Damiano and a co-author of a study analysed housing in Minneapolis between 2000 and 2018 using data purchased from CoStar Group, a commercial real estate analytics firm. In that context, they found that new buildings did not have a significant impact on rents when looking at the singular housing market. But after dividing into three sub-markets, they found that construction decreased rents by 3.2% at the highest third while increasing them by 6.6% at the lowest third (there was no effect in the middle).
But Damiano cautions that much of the building boom in Minneapolis really began in 2014 and 2015, meaning their paper largely cannot account for the medium to long-term effects of new construction. He explicitly does not cast doubt on the filtering process, by which more expensive homes become more affordable as they age, or the idea that more new housing in the region overall puts downward pressure on prices.
“You have to build enough housing for the people who want to live here; otherwise, prices are going to go up,” says Damiano. “Nothing in our research contradicts that fundamental assumption. We’re looking at things in very fine detail on small spatial scales and seeing that there are bumps in the road. Things don’t just work like you would expect in a textbook.”
The only other study that definitively explores the segmented market is from the Furman Center, which used property tax data to measure how nascent New York City buildings over seven stories affected nearby rents from 2000 to 2017. She found an overall decline within 500ft of 1.6% but breaking the results into four sub-markets found that there the benefits were concentrated among the top three quartiles. There was no decrease outside the margin of error in rents for the lowest-income quartile. (It’s worth noting that all of these studies are working papers, which haven’t been peer-reviewed yet, so the exact numerical findings may change.) The Furman study also found an amenity effect, with new restaurants 9% more likely in the area around a new building.
Pennington also wonders if the findings in Damiano’s study, which is one of the only single-area research papers not to focus on a wealthy coastal city, could demonstrate that new housing construction has different effects in distinct kinds of cities.
“It re-emphasises a finding we’ve seen throughout the literature, which shows that if you put a shiny new building in a lower-income area, it could actually cause prices nearby to increase,” says Pennington. “But if you put a new building in an area where prices are already increasing, then it can help to bring them back down.”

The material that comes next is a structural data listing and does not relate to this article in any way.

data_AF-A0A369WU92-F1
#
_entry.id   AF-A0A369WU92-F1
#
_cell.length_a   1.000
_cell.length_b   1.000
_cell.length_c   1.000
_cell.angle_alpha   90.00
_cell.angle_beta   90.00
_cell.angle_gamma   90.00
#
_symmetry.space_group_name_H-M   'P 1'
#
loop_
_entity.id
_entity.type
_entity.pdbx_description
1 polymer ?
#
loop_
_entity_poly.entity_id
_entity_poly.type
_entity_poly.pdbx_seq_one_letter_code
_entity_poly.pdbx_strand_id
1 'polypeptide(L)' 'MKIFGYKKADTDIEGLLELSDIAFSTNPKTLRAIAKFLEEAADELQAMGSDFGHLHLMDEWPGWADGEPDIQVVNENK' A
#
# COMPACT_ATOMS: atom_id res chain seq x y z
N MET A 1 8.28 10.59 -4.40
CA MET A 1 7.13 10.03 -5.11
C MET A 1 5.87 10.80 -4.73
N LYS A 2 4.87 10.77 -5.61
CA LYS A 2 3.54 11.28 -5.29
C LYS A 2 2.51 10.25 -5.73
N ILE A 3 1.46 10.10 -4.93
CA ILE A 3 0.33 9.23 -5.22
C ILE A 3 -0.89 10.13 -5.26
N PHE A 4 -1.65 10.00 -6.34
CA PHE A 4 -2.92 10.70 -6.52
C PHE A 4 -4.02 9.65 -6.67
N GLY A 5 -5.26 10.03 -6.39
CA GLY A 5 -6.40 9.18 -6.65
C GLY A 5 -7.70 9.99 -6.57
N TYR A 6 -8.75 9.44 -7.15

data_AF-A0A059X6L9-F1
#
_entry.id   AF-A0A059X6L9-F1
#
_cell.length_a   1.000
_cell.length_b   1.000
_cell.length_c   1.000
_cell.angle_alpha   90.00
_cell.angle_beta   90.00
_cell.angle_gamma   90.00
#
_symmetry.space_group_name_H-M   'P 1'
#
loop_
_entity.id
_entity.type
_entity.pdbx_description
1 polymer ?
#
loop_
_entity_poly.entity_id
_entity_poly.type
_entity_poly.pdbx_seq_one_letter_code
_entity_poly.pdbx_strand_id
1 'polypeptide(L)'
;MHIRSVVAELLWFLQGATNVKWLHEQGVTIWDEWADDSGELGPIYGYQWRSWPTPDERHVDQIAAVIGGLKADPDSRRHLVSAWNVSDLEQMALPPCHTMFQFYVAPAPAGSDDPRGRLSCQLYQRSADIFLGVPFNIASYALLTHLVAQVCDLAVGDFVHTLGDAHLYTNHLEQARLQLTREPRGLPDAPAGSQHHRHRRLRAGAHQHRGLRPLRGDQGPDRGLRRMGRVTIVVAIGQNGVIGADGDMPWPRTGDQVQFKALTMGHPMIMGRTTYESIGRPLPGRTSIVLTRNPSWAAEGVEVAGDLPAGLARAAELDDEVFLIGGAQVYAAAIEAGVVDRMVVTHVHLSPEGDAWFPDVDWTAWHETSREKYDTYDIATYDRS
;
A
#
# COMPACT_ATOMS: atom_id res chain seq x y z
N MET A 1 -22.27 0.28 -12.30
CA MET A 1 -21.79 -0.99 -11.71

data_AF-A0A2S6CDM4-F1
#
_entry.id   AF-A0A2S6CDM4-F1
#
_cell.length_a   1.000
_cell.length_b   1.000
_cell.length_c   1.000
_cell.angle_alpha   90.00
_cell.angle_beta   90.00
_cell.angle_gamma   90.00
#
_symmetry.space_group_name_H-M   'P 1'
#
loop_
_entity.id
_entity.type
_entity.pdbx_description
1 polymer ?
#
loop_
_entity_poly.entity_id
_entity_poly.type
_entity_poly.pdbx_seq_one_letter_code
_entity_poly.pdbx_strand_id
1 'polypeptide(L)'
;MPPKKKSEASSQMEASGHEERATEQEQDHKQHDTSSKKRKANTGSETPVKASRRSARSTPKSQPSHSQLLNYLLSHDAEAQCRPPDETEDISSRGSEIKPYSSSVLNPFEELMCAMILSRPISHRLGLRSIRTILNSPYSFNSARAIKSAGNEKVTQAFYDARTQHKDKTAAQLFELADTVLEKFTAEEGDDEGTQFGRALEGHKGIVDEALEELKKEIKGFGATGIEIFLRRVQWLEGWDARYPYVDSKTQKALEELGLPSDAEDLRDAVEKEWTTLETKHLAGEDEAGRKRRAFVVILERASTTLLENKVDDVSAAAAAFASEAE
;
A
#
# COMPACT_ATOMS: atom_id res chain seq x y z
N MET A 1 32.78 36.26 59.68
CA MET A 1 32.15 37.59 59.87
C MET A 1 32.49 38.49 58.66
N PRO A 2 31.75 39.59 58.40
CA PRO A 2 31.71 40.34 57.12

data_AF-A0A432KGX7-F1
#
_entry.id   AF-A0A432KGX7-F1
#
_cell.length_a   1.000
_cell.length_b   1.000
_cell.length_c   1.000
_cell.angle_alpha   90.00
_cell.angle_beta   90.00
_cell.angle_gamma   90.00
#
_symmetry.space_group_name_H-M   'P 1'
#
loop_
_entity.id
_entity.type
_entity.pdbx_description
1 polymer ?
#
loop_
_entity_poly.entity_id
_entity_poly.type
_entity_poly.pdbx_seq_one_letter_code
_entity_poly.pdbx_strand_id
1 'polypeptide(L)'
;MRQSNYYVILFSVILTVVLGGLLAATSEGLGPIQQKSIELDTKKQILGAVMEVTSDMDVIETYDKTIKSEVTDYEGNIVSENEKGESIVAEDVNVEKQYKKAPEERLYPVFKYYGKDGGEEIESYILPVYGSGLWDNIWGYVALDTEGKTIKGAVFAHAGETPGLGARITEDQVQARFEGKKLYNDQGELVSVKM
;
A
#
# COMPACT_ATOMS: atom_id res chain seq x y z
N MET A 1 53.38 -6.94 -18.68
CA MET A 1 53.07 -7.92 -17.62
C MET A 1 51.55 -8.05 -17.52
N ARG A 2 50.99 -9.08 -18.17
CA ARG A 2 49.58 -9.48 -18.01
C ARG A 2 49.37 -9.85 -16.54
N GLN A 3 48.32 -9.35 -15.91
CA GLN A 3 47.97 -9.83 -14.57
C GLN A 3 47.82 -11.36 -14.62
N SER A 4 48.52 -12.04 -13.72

Market-rate housing as part of the affordable-housing solution
Both authors argue that further protections and subsidies will be needed for lower-income residents. Damiano says that “just cause” renter protections could guard against the negative effects his study finds around new construction, making it more difficult to evict people for purely profit-seeking motives. Rent regulations should be studied as well, he says, although they are much more controversial.
Pennington argues that general housing construction is no replacement for subsidised units, which ensure “long-term income diversity by retaining lower-income people permanently, while market-rate housing contributes to gradual gentrification”.
Both just-cause protections and rent regulations have been subjects of increasing interest in US urban policy circles the past few years, while Joe Biden’s agenda includes more sustained attention to housing policy than has been true of any president in years. Included are several interventions that could address the vulnerability of lower-income renters, including making the housing voucher programme accessible to all who qualify, fully funding legal aid for eviction court and the creation of a $100bn Affordable Housing Fund. These could be especially important in tandem with proposals being considered to loosen zoning restrictions if renters are to be cushioned from potential rent increases in proximity to new construction.
“I interpret my findings as emphasising that building more market-rate housing and building more affordable housing are complementary policy levers,” Pennington says. “Affordable housing, obviously, is much better targeted at the people who are actually at a high risk of displacement.”